Ancient rock art in Tadrart Acacus in Libya. (Photo credit: Wikipedia)
New imaging techniques have revealed extensive ancient human settlements in two very different remote environments.
Sahara civilization: By scanning satellite images, David Mattingly from the University of Leicester found that habitation of the Sahara from 1000 BC to 700 AD was much more widespread than realized. Lizzie Wade at Science Magazine reports on a presentation given to the AAAS. In “Drones and satellites spot lost civilizations in unlikely places,” she says that Mattingly–
…studies a culture known as the Garamantes, which began building a network of cities, forts, and farmland around oases in the Sahara of southern Libya around 1000 B.C.E.…
Many Garamantian structures are still standing in some form or another today, but very few have been visited by archaeologists. It’s hard to do fieldwork in the hot, dry, remote Sahara, Mattingly explains. “And that relative absence of feet on the ground leads to an absence of evidence” about the Garamantes and other cultures that may have thrived before the Islamic conquest of the region. But because many Garamantin sites haven’t been buried or otherwise destroyed, they show up in stunning detail in satellite photos. By analyzing such images, “in an area of about 2500 square kilometers, we’ve located 158 major settlements, 184 cemeteries, 30 square kilometers of fields, plus a variety of irrigation systems,” Mattingly says.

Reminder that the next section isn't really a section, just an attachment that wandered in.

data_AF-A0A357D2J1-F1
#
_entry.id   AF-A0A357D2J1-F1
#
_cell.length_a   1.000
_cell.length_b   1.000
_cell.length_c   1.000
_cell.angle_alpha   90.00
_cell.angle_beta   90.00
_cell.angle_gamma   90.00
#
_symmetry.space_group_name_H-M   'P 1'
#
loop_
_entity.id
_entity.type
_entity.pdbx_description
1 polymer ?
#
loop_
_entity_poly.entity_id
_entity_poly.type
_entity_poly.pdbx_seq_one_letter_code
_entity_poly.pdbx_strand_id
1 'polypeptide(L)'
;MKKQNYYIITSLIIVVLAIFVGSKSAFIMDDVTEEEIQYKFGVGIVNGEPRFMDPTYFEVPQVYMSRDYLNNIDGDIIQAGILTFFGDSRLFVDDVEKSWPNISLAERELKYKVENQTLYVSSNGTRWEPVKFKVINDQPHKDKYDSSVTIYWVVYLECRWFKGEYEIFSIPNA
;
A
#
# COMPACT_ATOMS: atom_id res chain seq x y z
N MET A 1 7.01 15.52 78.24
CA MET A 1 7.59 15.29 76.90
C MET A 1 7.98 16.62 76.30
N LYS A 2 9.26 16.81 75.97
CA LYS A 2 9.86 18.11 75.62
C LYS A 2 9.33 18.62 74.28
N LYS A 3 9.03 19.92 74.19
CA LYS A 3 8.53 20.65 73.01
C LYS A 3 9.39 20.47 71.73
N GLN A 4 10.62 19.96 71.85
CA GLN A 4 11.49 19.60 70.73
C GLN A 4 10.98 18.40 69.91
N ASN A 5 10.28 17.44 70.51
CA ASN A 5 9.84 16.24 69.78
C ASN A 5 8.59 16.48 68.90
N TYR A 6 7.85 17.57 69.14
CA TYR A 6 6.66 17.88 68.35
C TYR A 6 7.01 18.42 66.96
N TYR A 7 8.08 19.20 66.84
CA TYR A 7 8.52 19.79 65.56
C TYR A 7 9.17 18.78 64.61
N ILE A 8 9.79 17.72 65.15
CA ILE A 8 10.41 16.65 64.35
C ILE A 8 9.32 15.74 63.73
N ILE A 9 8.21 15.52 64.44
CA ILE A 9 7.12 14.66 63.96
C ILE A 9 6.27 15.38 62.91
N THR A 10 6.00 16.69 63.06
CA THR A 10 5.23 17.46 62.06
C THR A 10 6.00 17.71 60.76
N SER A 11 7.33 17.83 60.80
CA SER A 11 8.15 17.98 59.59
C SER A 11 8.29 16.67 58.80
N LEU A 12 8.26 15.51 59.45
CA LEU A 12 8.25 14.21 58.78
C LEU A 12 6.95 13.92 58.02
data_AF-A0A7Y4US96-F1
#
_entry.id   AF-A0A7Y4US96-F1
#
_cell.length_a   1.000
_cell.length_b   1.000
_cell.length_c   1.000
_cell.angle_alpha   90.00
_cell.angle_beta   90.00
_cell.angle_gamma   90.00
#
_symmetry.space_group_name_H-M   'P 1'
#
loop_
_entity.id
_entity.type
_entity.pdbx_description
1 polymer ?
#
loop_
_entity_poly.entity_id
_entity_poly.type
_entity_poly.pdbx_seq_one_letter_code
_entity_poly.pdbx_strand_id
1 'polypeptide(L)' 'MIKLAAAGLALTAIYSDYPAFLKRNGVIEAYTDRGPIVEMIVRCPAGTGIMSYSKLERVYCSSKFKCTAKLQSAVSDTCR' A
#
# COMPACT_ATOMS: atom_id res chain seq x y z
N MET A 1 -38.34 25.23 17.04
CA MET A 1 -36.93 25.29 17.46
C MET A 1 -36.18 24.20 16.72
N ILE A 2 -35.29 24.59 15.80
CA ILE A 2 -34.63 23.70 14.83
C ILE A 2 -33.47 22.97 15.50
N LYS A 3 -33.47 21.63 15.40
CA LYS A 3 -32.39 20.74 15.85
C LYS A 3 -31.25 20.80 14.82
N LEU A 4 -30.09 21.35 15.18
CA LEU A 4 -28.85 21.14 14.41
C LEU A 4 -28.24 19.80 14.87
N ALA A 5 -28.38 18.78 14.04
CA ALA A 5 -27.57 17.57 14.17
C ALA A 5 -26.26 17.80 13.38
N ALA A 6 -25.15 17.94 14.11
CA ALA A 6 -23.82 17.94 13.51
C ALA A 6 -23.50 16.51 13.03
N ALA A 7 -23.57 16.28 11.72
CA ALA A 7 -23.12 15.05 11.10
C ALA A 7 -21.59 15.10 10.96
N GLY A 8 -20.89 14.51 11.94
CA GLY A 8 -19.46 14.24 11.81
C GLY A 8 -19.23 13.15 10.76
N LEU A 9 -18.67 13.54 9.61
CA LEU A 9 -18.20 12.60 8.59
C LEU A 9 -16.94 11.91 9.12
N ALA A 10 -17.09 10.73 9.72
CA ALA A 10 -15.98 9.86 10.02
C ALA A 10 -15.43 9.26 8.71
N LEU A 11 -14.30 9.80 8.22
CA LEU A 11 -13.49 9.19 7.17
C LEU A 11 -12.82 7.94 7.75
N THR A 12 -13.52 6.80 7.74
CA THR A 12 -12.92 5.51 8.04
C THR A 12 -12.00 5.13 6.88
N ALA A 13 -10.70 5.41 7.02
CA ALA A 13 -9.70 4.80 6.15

That phrase “the Islamic conquest of the region” sounds hauntingly familiar, as ISIS makes inroads into modern Libya.
Amazon civilization: Just as startling was the presentation by José Iriarte, an archaeologist at the University of Exeter. He is using drones outfitted with radar and infrared cameras to peel away the story of ancient Amazonian dwellings. His findings are changing the paradigm about rain forest inhabitants:
Continue Reading on crev.info